While various cases include tracking down hit squads [Black Widow]; a dead Marine with top security clearance – and a missing hand [Special Delivery]; finding a Navy officer’s daughter – who’s been buried alive [Little Angels]; a two-parter built around a murdered antiquities dealer whose book of top secret information is missing [Absolution/Deliverance]; a counterfeit computer chip operation, and the mystery of Hetty’s sudden resignation [Imposters] and dealing with it badly in the season finale[Familia], NCIS:LA managed to continue the creation of an identity separate from that of NCIS, while sticking to the basic tenets of the creators of that show: solid mysteries, careful development of characters [not too much; not too soon], and weekly doses of great action sequences.
Originally conceived to be centered on the mystery of G’s identity – and the odd couple partnership of G and Sam, the series now finds as much material to mine in Hetty. She seems to know everyone important; is owed favors by many of them and can do many things as well, or even better than her team [check out the way she takes down G on the rock wall in Overwatch]. She is intelligent, witty, sage, tough, gentle and a number of other, seemingly contradictory, things and, through the performance of Linda Hunt, is well on her way to becoming a TV legend.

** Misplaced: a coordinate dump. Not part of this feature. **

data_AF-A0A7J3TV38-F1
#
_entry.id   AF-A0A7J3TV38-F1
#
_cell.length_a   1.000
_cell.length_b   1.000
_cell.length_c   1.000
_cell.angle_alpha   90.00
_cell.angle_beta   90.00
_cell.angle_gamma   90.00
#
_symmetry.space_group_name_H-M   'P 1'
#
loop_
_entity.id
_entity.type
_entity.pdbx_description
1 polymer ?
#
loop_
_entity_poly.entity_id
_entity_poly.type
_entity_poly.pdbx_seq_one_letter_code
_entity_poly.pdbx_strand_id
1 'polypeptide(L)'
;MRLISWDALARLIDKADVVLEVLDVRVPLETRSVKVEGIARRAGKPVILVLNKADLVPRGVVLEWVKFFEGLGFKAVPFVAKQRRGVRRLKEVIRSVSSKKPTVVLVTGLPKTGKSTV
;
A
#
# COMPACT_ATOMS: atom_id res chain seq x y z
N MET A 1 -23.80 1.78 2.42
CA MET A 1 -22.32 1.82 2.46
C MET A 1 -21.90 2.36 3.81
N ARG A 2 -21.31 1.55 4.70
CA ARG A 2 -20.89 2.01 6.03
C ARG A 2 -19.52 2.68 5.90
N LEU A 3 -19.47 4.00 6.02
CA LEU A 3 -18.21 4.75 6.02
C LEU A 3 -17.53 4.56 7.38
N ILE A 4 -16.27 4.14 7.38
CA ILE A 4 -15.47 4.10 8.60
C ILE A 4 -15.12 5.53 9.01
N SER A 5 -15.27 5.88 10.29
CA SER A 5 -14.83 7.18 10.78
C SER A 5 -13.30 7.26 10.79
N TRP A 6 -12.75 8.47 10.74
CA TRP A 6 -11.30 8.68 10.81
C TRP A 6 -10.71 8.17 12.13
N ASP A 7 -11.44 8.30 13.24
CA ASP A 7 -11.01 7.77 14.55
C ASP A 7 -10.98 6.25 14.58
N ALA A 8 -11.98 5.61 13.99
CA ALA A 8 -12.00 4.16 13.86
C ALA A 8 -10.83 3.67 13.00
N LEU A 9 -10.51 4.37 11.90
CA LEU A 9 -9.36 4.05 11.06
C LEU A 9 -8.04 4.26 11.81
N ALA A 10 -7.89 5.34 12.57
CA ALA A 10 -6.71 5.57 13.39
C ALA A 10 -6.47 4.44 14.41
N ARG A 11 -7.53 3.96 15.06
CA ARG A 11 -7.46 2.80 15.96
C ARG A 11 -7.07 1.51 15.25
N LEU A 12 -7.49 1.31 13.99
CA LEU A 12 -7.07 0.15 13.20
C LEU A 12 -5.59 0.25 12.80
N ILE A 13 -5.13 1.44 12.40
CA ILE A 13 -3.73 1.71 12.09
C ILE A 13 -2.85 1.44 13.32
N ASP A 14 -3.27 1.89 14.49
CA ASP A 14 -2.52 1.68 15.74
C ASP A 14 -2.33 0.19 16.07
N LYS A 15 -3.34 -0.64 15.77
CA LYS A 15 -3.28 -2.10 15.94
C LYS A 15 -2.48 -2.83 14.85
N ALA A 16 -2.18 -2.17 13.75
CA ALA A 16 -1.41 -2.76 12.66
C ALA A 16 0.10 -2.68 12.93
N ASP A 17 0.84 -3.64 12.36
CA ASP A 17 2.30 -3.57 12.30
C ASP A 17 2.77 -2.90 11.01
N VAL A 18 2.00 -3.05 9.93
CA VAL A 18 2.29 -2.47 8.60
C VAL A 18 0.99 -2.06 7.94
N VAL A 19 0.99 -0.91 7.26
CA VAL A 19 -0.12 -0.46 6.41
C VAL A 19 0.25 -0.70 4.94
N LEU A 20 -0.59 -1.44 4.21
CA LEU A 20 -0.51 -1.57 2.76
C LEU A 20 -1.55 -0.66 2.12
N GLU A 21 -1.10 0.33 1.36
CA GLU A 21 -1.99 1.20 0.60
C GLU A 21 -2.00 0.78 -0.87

Like its parent series, NCIS:LA is consistently well written, directed and performed. In season two, it firmly established itself as a quality series and set up what appears likely to be a long and entertaining run. It’s a shame that the season two DVD set doesn’t get as much respect, features-wise, as NCIS.
Features include: One [not very good] Audio Commentary [Anonymous by Daniela Ruah and Eric Christian Olsen] and five featurettes: Uncovering Season 2; Location, Location, Location; Absolution: The Table Read [one of two stellar featurettes]; There’s Something About Hetty [the other stellar featurette], and Shooting Up L.A.: The Cinematography of NCIS: Los Angeles.
Grade: NCIS: Los Angeles: The Second Season – B+
Grade: Features – B-
Final Grade: B
Overall Grade: A-